author = "{Canal Verg{\'e}s}, Paula and Charlotte J{\o}rgensen and Mogens Flindt",
year = "2009",
month = "12",
language = "English",

}

Modelling the effects of drifting macroalgae in coastal waters. / Canal Vergés, Paula; Jørgensen, Charlotte; Flindt, Mogens.

2009.

Publikation: Konferencebidrag uden forlag/tidsskriftPosterFormidling

TY - CONF

T1 - Modelling the effects of drifting macroalgae in coastal waters

AU - Canal Vergés, Paula

AU - Jørgensen, Charlotte

AU - Flindt, Mogens

PY - 2009/12

Y1 - 2009/12

N2 - It is well-known that opportunistic macroalgae starts to drift at low current velocities (Flindt et al. 2007) and that the nutrient transport in many aquatic systems are dominated by this process. New studies have shown, that at this current velocities, macroalgae moves as bedload transport creating sediment resuspension. Thresholds of sediment stability are very depending on light availability, due to most of the stability is created by benthic diatom production (Lundkvist et al. 2007). Depending on light and nutrient avaliability the sediment stability thresholds may increase by a factor of 2-3 and hereby becomes the magnitude of sediment transport dependent on the activities of the benthic diatoms. Therefore, the aim of this study was to create a dynamic model, which simulates the sediment resuspension at low free stream velocities (5-15 cm s-1), created by different densities of macroalgae movements in cohesive sediments with different development of sediment stability. Results of simulations shows, that the amount of suspended matter is highly dependent both on the algal densities and the current velocities. The results obtained by the model, appear to be consistent with the ones obtained by flume experiments and field observations in protected and semi-protected shallow estuarine waters.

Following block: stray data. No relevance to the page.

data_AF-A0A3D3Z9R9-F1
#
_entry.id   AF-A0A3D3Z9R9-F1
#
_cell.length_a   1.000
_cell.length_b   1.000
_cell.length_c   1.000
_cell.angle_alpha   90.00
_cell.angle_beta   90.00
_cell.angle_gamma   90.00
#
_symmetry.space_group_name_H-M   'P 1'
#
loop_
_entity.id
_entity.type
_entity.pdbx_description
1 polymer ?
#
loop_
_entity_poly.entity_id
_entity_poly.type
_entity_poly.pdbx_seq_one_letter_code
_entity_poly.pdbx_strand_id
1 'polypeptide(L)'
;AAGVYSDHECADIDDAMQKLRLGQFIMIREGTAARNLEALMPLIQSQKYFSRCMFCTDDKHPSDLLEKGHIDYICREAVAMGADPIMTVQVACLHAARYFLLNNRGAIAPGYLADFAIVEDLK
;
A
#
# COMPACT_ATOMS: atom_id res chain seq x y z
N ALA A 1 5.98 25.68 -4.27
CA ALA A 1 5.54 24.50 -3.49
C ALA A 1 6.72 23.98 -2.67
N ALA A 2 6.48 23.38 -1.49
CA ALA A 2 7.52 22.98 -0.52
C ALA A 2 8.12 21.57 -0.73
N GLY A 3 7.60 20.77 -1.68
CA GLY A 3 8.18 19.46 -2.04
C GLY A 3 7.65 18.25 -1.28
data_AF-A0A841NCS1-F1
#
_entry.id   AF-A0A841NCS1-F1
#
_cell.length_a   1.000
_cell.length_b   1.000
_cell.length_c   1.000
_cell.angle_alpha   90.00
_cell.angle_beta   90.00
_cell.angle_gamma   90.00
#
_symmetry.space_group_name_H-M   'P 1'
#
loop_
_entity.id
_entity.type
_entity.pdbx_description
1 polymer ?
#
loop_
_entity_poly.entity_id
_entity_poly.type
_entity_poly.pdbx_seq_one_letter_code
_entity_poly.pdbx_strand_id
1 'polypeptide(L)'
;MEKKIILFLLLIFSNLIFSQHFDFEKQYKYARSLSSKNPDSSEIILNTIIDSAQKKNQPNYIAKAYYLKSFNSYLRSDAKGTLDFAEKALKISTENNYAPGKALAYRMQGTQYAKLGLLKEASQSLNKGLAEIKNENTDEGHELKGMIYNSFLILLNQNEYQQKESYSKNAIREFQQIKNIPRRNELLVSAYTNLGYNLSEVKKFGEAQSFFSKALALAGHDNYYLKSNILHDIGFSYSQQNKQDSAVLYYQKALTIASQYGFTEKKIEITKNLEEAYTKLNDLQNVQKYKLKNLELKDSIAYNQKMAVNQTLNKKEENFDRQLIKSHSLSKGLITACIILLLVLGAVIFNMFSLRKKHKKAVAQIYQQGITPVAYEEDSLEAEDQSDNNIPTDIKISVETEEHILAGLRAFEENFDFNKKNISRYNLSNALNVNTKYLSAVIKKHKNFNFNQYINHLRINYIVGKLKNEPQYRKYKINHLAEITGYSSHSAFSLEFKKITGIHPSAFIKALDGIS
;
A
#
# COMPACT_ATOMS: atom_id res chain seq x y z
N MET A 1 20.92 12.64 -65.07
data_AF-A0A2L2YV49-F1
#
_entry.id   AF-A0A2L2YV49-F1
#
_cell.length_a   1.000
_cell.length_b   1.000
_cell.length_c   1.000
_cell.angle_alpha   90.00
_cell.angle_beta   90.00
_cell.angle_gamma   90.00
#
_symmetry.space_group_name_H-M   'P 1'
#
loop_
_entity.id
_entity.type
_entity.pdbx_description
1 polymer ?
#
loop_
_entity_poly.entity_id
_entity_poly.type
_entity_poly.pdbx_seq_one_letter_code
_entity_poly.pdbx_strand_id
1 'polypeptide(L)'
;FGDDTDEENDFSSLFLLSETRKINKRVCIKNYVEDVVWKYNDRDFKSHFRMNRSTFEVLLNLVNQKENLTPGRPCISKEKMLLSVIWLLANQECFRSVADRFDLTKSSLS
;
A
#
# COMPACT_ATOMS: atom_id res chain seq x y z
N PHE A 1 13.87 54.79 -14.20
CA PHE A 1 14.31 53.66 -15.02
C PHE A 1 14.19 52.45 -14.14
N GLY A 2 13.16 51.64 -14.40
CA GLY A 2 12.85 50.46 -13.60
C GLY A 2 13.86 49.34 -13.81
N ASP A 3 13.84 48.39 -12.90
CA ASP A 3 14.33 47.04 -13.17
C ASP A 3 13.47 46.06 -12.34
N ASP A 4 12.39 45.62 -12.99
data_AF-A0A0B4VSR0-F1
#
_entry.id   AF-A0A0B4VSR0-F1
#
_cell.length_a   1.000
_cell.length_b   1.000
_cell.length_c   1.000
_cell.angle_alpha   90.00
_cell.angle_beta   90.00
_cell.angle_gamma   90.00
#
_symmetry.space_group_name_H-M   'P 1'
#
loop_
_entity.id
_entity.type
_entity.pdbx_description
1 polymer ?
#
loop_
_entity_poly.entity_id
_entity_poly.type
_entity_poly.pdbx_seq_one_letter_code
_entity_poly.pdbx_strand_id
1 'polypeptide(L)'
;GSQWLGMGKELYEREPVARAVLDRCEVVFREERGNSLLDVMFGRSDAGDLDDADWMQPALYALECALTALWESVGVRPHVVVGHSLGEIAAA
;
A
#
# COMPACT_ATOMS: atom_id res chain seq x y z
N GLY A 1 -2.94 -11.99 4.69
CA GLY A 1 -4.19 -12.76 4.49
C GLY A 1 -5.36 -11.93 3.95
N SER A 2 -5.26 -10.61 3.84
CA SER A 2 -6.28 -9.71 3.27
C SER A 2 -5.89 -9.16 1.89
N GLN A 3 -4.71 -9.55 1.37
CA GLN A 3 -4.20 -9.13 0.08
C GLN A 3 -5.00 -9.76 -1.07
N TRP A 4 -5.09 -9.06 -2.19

AB - It is well-known that opportunistic macroalgae starts to drift at low current velocities (Flindt et al. 2007) and that the nutrient transport in many aquatic systems are dominated by this process. New studies have shown, that at this current velocities, macroalgae moves as bedload transport creating sediment resuspension. Thresholds of sediment stability are very depending on light availability, due to most of the stability is created by benthic diatom production (Lundkvist et al. 2007). Depending on light and nutrient avaliability the sediment stability thresholds may increase by a factor of 2-3 and hereby becomes the magnitude of sediment transport dependent on the activities of the benthic diatoms. Therefore, the aim of this study was to create a dynamic model, which simulates the sediment resuspension at low free stream velocities (5-15 cm s-1), created by different densities of macroalgae movements in cohesive sediments with different development of sediment stability. Results of simulations shows, that the amount of suspended matter is highly dependent both on the algal densities and the current velocities. The results obtained by the model, appear to be consistent with the ones obtained by flume experiments and field observations in protected and semi-protected shallow estuarine waters.

M3 - Poster

ER -